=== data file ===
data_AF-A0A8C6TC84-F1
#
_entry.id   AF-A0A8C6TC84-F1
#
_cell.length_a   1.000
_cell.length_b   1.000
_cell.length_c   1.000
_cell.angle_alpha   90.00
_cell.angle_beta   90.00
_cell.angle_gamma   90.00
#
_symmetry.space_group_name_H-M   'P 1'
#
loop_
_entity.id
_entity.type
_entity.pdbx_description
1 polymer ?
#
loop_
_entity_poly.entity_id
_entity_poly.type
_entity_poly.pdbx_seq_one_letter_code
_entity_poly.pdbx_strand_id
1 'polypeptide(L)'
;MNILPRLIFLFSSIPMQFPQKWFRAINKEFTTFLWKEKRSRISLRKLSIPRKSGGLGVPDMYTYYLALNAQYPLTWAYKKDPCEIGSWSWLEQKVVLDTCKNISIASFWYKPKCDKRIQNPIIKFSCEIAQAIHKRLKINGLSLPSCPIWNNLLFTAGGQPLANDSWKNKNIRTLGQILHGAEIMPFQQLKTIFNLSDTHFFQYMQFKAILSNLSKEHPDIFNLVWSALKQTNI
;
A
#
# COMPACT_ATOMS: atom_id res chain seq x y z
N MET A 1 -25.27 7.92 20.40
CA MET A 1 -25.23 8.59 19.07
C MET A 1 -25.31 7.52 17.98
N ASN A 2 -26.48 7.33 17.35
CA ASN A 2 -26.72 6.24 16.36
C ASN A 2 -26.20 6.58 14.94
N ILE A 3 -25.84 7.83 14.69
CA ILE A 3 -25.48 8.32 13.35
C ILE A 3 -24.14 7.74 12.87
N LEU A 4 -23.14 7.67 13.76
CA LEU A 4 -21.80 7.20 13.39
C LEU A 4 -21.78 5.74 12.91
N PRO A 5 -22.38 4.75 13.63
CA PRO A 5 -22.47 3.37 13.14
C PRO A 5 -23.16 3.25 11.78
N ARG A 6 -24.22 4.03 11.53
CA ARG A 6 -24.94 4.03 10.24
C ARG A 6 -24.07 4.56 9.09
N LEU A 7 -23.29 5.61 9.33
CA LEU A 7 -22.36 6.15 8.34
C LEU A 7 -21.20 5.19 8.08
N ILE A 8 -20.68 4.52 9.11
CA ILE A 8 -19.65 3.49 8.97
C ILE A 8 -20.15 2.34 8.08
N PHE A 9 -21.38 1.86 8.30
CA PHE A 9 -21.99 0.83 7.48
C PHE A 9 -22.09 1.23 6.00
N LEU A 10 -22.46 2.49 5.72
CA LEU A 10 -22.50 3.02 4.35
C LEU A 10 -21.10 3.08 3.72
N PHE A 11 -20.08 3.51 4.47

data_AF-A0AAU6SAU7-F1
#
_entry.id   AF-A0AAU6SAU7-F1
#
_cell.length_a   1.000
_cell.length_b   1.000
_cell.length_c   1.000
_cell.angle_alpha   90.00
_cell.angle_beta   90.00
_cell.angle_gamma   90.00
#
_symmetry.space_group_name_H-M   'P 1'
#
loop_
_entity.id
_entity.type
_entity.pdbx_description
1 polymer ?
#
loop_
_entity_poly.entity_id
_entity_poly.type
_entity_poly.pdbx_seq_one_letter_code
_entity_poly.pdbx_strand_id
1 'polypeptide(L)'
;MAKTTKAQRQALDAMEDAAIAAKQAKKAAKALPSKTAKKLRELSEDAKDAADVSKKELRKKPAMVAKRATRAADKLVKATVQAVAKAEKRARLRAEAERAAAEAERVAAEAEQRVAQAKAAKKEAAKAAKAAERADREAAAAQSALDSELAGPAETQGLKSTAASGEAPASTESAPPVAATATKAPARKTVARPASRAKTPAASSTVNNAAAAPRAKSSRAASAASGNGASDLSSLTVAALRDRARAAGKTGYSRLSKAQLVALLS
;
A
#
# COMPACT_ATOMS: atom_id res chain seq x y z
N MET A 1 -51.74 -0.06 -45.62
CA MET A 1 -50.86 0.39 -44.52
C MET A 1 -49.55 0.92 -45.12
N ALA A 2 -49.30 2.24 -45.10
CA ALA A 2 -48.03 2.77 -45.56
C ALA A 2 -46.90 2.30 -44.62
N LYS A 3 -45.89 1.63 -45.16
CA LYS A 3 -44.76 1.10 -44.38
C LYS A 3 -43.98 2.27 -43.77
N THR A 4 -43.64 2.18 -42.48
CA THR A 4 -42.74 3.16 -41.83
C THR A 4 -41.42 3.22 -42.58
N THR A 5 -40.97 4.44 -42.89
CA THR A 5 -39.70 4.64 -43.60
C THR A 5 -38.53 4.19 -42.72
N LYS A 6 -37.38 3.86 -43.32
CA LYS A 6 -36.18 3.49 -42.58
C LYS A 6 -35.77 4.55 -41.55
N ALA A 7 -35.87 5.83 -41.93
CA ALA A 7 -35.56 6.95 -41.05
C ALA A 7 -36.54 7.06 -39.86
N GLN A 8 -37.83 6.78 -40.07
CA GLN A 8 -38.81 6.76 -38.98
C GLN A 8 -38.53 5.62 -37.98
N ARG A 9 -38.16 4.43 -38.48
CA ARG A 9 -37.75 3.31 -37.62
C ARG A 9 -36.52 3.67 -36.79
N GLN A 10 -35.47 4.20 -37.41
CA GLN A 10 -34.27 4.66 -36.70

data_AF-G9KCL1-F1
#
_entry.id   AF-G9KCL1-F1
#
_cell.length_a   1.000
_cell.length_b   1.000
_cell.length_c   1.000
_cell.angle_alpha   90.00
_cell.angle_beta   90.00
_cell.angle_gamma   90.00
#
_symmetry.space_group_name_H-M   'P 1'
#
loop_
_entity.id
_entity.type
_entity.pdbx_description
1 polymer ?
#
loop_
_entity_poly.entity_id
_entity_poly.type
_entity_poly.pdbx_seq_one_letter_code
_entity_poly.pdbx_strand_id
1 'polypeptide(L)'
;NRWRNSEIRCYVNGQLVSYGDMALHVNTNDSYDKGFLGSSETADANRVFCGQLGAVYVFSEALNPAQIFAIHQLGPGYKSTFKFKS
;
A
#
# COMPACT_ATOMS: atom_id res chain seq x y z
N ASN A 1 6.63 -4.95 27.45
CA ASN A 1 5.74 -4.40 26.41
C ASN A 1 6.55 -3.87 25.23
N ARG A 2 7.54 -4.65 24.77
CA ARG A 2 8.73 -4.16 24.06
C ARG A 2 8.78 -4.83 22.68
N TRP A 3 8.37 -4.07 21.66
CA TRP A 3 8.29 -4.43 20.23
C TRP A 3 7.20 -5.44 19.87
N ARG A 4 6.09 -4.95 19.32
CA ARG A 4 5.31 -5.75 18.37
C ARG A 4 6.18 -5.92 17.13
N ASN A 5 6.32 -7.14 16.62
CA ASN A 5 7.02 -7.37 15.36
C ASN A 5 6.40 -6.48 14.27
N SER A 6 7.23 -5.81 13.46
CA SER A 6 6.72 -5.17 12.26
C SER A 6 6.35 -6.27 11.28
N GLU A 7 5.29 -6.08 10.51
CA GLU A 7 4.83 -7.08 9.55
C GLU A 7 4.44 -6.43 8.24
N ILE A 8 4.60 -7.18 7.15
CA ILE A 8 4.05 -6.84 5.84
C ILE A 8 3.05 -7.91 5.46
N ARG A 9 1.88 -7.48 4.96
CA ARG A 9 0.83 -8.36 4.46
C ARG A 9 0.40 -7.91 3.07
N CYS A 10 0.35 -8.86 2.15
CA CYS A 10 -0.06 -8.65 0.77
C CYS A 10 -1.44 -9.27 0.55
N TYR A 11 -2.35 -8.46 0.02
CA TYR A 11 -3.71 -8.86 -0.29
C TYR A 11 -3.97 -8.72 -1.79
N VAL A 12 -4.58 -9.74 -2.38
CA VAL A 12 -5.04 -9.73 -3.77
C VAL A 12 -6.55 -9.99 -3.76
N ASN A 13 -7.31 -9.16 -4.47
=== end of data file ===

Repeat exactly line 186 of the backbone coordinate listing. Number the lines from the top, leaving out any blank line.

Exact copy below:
C VAL A 12 -6.55 -9.99 -3.76